Changing Assessment Practices
Every year, Ms. Perry engages her learners in a project-based study of Romeo and Juliet. Last year (Scenario 1) she used concentional methods to assess learner work. This year (Scenario 2), she revised the project to include some new methods of assessment.
Read the two scenarios below and focus on the shift Ms. Perry made in assessment practices. Consider how these changes are likely to affect her learners’ overall learning and project performance.
Romeo and Juliet - Scenario 1
Ms. Perry, a high school English teacher guides her learners through a project on Romeo and Juliet. She focuses on national reading assessment standards related to character analysis and literary devices, along with other oral and writing assessment standards.
Ms. Perry begins the four-week unit by explaining to her learners that they will be learning about Shakespeare and his most famous play, Romeo and Juliet. She introduces the Essential Question for a learner discussion, Does literature help us better understand ourselves? She explains that they will be completing a project at the end of the unit where they will apply the themes of the play to a current problem and develop solutions.
Learners spend several weeks reading and acting out the scenes from Romeo and Juliet. Ms. Perry assigns learners roles and they begin reading aloud and analyzing scenes. Learners also read some parts of the play for homework. After each act, Ms. Perry gives her learners a quiz to assess their learning.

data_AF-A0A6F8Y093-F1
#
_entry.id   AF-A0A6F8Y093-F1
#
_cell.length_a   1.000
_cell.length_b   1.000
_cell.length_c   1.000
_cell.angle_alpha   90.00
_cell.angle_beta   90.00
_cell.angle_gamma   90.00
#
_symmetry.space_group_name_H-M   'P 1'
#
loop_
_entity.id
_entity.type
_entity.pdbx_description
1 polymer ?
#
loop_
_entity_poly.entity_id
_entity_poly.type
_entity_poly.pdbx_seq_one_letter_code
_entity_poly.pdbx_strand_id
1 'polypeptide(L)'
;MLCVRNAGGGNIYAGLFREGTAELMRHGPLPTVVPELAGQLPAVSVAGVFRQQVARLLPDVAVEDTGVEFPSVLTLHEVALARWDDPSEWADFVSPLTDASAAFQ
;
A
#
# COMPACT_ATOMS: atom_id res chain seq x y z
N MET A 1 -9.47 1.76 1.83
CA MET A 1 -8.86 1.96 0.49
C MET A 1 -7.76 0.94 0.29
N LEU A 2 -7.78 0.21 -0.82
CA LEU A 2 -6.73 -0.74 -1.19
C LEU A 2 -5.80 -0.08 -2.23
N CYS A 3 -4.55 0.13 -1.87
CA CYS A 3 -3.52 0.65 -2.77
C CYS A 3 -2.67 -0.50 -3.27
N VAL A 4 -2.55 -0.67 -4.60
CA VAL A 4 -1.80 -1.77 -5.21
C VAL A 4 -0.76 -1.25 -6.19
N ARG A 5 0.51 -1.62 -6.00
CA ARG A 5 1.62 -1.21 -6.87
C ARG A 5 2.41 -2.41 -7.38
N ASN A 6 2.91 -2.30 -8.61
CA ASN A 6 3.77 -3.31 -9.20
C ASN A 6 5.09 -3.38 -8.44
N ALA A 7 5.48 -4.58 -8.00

They spend considerable time during class discussing the difficult scenes and the literary terms associated with the play. For instance, learners identify and discuss the metaphors concerning Juliet in Romeo’s soliloquy. Ms. Perry asks learners questions such as:
Just before finishing the play during the fourth week, Ms. Perry asks the learners to define fate and to take a stance as to whether or not they believe in it. The class discusses fate as understood in the time of Shakespeare. After finishing the play, they take a multiple choice and matching test on the play’s action, characters, themes, and literary devices.
- How do the metaphors help to show the feelings and thoughts of the characters?
- How does the imagery affect the way we respond to the scene?
Ms. Perry assigns a final project to learner teams in which they will apply the themes of the play to modern life to develop a solution to an age –old problem that will positively impact their community. They are required to present their findings and solutions to an audience and create appropriate products to supplement their message (multimedia presentation, brochure, newsletter, flyer, website, and so forth).
The class discusses example themes, such as parent-teenager communication, peer pressure, or violence in school, and they review an example learner-created brochure on conflict resolution. Ms. Perry hands out the rubric that will be used to evaluate the final project and discusses expectations, including problem-solving and group work. Learners also receive a checklist to help them stay on-track through the stages of brainstorming, planning, and implementation of their project.
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